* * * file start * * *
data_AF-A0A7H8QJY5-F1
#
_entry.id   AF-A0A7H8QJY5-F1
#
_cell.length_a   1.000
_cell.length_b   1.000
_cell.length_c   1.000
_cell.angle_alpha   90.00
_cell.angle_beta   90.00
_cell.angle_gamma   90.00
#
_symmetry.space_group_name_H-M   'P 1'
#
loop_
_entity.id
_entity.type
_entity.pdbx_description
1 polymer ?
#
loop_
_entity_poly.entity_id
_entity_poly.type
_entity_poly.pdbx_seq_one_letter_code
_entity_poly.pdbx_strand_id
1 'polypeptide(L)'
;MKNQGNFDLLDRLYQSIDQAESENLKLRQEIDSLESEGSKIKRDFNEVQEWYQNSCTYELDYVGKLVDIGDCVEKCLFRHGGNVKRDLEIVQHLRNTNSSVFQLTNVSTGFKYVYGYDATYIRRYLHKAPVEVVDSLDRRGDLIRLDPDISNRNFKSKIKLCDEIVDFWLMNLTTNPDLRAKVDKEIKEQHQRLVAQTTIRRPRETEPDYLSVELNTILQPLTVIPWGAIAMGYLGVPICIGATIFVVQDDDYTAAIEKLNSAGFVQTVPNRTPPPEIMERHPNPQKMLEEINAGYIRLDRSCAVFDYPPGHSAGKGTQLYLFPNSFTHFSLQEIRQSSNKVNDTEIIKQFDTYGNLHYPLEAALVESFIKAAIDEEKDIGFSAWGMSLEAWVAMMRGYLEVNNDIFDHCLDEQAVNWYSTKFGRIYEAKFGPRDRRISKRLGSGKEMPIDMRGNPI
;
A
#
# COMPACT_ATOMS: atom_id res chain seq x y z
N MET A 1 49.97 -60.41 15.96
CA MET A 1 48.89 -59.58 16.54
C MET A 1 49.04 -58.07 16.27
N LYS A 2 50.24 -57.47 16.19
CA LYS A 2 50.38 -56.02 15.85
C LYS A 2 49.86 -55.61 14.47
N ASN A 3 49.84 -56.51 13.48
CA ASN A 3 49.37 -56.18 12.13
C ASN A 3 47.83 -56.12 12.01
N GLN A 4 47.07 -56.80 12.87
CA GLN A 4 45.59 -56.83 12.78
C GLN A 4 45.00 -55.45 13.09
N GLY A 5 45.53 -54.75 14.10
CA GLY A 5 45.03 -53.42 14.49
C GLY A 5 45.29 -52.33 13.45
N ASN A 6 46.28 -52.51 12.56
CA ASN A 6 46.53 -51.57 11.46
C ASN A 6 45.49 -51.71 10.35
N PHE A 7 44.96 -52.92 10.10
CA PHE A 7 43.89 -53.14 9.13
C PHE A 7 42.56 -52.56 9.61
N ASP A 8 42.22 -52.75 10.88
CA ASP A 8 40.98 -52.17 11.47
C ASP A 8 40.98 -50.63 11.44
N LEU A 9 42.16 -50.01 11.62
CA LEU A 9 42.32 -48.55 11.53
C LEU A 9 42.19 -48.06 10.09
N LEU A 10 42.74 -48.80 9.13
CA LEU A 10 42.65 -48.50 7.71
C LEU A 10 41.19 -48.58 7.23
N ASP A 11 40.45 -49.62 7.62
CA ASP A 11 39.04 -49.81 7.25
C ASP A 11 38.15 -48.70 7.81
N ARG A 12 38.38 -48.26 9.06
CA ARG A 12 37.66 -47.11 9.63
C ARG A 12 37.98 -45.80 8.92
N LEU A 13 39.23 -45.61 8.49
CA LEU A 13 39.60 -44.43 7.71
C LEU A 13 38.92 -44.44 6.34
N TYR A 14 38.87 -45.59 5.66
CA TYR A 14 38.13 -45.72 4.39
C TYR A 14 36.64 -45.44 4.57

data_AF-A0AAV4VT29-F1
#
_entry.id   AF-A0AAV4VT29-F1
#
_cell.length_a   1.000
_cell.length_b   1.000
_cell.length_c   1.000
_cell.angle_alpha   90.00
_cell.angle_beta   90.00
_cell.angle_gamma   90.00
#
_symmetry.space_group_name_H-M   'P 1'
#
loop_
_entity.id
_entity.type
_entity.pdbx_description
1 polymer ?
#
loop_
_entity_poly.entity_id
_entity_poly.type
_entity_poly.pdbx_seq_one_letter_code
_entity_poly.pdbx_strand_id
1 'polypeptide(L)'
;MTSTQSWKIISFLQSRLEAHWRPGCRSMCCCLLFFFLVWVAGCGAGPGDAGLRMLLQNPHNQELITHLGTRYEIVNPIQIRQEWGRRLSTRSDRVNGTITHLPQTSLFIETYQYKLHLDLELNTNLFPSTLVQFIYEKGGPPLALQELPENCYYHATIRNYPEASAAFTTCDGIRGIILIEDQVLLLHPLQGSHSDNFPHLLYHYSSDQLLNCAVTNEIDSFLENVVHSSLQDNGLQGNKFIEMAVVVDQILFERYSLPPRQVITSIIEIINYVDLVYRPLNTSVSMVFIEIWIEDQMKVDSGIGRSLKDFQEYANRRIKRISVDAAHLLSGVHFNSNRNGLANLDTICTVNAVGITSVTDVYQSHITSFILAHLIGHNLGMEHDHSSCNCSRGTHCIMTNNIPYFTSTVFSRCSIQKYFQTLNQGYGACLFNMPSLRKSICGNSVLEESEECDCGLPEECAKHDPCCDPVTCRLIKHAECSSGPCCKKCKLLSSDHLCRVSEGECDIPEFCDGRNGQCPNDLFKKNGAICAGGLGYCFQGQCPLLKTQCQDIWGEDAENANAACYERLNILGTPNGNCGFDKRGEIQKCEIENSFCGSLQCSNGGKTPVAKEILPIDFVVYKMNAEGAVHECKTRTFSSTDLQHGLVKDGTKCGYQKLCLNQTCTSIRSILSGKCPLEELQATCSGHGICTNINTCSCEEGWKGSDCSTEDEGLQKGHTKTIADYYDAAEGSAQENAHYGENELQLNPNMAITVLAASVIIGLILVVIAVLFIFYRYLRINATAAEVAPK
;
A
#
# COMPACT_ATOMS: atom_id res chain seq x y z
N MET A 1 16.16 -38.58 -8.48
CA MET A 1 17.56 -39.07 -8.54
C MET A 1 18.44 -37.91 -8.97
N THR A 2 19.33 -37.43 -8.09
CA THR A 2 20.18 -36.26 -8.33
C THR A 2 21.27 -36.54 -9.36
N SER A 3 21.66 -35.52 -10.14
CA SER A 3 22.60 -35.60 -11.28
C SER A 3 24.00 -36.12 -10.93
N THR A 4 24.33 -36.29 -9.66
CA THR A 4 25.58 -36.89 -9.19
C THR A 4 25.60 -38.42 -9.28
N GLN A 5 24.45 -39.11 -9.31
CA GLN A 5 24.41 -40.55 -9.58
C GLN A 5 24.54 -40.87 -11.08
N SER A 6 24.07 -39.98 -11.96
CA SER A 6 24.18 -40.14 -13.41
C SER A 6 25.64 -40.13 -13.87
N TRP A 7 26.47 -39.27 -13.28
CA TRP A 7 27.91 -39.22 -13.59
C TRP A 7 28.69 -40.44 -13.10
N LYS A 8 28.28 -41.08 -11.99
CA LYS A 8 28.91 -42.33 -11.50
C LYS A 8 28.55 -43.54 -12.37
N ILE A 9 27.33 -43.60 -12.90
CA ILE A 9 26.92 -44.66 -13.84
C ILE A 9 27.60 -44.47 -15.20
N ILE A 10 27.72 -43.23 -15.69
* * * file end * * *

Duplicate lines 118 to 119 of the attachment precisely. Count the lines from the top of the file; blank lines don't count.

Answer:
N SER A 6 24.07 -39.98 -11.96
CA SER A 6 24.18 -40.14 -13.41